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NEW YORK—September 1, 2023— In case it’s a lesson you’re not familiar with, the Radium Girls of the 1920s changed history: after radium dial companies knowingly exposed the young factory workers to radium poisoning, the women’s cases led to landmark labor laws and standards, and can even be said to have led to the creation of the Occupational Safety and Health Administration (OSHA). Featured this week in a Library of Congress exhibit focusing on Labor Day and released today, Rachel Sumner’s “Radium Girls (Curie Eleison)” tells the story of these brave women, often absent from most history books. It’s a story the larger public is clearly ready to hear: the song has amassed nearly 100,000 views on TikTok this week.

“To this day it boils my blood to think about what happened to these women, but the day I first read about them I was absolutely livid,” Sumner says. “It had been nearly a hunded years since radium dial companies started cropping up. I took my urge to shout their story from rooftops and focused it into crafting a ballad to honor and share their plight. In a time where major US companies and warehouses continue to exploit workers and risk their health for profit, the story of the Radium Girls is one we cannot afford to forget.”

Sumner wrote the song, which won a Lennon Award in the John Lennon Songwriting Contest in 2021, after hearing Joanna Newsom’s “Time (As A Symptom),” Sumner encountered a word she’d never heard before, one that stood out among a list of words written in a stream-of-consciousness style: undarked. A quick search pointed toward a luminous paint containing radium that was called Undark. Originally used on watch faces, it was intended to help WWI soldiers tell time in the dark without having to strike a match that could give away their position in the trenches.

After the war, an appetite for glow-in-the-dark watches spilled over into the civilian market and radium dial companies met the demand by hiring young women for their nimble hands, instructing them to take their paintbrushes and “lip, dip, paint.” This technique kept the brush tips pointed so workers would not waste the Undark paint.

The companies knew how dangerous radium was and made a killing—literally and figuratively—in this lucrative business; they then worked to discredit and silence women who spoke out by blaming their mysterious illnesses and deaths on sexually transmitted infections. It took years of legal battles for the truths of these women to be acknowledged and for the life-threatening dangers they faced to be addressed. Their case shaped United States labor laws and led to the creation of the Occupational Safety and Health Administration (OSHA).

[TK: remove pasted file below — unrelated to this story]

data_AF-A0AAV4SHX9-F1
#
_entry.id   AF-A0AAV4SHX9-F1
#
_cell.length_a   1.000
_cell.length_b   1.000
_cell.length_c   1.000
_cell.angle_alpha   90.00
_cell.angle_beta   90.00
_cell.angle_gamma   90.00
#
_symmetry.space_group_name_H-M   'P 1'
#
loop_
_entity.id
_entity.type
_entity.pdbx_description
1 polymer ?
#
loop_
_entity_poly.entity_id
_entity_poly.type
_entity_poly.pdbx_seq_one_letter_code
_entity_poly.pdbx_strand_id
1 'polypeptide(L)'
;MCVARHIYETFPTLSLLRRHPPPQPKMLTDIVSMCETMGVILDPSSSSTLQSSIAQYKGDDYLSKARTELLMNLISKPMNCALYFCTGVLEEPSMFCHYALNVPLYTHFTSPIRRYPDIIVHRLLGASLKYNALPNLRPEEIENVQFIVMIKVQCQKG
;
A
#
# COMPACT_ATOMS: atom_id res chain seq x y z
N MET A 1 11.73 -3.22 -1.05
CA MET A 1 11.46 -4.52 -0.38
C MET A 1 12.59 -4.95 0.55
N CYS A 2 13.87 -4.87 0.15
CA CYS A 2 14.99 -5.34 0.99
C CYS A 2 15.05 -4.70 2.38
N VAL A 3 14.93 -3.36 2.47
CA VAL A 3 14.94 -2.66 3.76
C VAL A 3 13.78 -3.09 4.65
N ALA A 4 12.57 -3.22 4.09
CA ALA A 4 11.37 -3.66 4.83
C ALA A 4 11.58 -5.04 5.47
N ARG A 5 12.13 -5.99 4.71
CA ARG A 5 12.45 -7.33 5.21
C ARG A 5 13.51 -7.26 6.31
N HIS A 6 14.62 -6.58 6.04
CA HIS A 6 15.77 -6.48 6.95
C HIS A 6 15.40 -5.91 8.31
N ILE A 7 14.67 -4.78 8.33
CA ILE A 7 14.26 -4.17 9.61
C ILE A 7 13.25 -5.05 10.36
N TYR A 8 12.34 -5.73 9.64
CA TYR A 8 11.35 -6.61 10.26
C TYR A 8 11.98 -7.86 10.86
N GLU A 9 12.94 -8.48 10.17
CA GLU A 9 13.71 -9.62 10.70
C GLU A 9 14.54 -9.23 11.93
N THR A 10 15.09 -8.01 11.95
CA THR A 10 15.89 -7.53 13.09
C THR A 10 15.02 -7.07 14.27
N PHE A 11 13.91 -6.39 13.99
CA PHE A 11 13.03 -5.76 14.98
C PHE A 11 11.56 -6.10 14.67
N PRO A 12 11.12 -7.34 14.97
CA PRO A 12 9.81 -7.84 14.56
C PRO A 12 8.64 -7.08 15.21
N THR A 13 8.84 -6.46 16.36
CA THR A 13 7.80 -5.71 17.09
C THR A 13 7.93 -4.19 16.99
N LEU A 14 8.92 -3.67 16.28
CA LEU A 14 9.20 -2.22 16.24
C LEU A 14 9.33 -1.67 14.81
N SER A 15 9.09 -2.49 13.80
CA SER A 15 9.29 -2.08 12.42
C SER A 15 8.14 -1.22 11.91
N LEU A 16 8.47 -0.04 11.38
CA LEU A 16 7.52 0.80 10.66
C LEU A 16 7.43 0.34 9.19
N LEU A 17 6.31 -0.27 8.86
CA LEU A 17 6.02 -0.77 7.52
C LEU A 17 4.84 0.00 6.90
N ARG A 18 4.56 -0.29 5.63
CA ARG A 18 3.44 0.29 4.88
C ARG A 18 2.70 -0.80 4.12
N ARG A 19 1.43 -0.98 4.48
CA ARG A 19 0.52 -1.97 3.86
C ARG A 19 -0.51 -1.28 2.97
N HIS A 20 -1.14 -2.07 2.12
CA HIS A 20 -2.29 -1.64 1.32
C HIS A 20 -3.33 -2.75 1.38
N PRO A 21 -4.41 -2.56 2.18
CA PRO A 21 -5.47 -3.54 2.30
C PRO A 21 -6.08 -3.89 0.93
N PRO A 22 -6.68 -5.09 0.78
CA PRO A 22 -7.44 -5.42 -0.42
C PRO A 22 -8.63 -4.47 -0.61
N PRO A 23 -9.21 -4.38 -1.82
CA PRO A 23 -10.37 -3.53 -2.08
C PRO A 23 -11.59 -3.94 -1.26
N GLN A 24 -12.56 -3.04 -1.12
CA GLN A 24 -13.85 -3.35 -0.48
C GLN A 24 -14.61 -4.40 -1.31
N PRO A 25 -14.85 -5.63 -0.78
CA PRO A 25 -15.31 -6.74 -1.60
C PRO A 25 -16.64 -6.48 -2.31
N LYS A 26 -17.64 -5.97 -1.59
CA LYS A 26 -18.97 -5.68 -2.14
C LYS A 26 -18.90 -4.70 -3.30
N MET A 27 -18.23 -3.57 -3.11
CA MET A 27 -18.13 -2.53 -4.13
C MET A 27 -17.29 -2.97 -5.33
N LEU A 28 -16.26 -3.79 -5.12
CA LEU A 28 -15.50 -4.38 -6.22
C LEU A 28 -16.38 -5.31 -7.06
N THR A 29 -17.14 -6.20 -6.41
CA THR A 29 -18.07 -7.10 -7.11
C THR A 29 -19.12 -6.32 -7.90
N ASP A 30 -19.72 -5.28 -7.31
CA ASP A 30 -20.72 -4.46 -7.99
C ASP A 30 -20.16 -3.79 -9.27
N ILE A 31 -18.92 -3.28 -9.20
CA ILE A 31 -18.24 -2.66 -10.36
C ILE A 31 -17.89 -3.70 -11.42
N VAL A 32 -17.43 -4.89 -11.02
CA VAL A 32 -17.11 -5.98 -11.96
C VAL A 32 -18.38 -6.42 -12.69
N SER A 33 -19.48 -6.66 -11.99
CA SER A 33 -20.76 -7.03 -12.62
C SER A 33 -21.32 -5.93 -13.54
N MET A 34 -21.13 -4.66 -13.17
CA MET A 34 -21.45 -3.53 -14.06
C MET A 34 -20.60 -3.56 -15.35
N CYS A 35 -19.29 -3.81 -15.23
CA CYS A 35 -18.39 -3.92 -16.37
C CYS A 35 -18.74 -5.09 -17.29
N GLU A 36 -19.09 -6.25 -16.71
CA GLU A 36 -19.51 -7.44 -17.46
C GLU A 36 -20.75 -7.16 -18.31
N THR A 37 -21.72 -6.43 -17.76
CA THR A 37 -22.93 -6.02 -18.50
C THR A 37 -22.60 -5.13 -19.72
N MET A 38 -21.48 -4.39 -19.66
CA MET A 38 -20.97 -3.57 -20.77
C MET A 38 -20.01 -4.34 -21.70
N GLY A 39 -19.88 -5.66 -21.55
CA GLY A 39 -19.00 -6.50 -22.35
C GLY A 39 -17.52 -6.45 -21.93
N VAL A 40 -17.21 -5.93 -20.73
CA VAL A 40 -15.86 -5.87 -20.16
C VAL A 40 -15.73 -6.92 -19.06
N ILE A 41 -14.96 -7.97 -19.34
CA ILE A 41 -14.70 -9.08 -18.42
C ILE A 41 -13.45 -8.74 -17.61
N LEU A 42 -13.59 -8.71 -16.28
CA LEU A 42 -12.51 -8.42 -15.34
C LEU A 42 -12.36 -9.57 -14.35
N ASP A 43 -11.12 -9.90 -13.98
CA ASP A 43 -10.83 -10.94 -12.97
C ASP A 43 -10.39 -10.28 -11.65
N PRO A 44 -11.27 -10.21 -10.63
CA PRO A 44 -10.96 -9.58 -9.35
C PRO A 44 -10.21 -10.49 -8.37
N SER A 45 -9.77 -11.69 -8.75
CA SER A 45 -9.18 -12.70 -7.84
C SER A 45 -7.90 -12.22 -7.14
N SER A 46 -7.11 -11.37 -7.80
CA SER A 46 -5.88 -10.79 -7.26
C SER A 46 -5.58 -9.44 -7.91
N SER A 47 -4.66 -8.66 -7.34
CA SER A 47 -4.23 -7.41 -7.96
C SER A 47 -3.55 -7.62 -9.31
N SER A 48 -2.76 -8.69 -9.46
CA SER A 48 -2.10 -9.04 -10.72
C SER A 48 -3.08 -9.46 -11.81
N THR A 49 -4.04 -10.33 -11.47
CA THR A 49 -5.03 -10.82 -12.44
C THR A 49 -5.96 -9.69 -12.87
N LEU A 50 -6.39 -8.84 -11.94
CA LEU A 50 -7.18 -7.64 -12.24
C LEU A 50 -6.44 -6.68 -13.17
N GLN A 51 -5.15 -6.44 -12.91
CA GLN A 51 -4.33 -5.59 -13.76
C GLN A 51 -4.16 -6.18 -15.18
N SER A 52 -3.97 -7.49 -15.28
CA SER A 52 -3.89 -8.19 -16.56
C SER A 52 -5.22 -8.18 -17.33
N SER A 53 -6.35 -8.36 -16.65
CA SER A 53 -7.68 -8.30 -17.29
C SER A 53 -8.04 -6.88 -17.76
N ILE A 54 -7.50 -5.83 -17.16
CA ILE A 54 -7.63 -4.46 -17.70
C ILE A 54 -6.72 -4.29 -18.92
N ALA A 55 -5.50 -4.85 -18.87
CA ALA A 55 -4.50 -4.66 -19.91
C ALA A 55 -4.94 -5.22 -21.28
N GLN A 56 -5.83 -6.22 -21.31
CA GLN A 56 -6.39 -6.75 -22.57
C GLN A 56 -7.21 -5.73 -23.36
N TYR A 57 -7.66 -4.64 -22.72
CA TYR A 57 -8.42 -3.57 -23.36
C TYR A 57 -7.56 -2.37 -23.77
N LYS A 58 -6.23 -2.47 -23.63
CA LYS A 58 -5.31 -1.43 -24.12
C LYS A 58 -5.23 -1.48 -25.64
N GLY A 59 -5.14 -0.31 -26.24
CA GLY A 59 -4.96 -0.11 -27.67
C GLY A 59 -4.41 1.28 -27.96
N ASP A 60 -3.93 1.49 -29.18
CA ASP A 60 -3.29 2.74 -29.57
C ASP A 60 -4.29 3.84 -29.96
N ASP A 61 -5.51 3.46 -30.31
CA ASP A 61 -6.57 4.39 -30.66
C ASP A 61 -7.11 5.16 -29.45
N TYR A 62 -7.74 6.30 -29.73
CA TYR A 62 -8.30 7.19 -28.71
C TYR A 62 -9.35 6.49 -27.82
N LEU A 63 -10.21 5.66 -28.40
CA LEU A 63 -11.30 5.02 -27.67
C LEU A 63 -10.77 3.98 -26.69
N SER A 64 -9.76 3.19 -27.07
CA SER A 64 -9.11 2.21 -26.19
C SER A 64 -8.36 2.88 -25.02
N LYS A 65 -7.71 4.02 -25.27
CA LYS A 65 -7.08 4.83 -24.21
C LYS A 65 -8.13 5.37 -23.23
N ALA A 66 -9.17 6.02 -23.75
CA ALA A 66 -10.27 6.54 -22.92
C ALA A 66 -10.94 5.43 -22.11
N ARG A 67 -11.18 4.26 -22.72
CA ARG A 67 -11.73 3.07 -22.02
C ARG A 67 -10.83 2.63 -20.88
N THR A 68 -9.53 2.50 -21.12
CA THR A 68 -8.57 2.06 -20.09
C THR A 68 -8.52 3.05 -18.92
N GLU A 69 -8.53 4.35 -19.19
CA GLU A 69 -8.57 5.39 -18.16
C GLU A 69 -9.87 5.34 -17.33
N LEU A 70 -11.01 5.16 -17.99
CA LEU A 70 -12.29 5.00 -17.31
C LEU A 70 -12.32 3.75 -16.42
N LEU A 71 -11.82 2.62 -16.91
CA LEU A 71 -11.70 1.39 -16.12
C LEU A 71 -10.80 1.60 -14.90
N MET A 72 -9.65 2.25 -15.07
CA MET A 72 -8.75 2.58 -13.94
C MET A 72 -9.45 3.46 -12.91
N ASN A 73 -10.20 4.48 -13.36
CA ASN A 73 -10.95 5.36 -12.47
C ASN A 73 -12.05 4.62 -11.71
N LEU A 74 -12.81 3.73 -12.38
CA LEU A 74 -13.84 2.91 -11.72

Watch the video for “Radium Girls (Curie Eleison): 

(embed)https://www.youtube.com/watch?v=FPZoKte3zd8(/embed)

Sumner’s life has been defined by dichotomies; born and raised in the deserts outside Los Angeles, she has lived nearly as long now on the east coast. After moving to Boston to attend Berklee College of Music, she found a musical community and planted roots. She began her training as a classical flutist and enrolled at Berklee to study Composition and Film Scoring; once there, though, she found a community of bluegrass musicians and, with their encouragement, picked up the guitar for the first time.

Sumner co-founded the band Twisted Pine and, with them, explored the traditions of bluegrass while pushing against those traditions’ constraints. Her love of roots music inspired her to pursue songwriting, then her love of songwriting inspired her to push beyond roots music. Her innate melodic sensibility infused itself into ever more harmonically striking songs, while her lyrical abilities grew by leaps and bounds to create sensitive stories, poetically impressionistic verses, and perfectly catchy choruses. Her songs are complex yet direct, complicated yet always a straight line from her heart to her listeners’.

Last year, Sumner released her solo debut, Rachel Sumner & Traveling Light, featuring Kat Wallace on fiddle and Mike Siegel on bass; the band won the annual showcase competition at this year’s Thomas Point Beach Bluegrass Festival and was selected as an official showcase band at the 2023 IBMA Bluegrass Ramble.

Sumner will continue to push the boundaries of roots music with a new album in 2024, establishing herself as one of the brightest lyricists and melodists working today. She’ll add these new songs to her live repertoire with Traveling Light, seamlessly transitioning from lush studio soundscapes to fiery string band on stages across the country.

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By Porter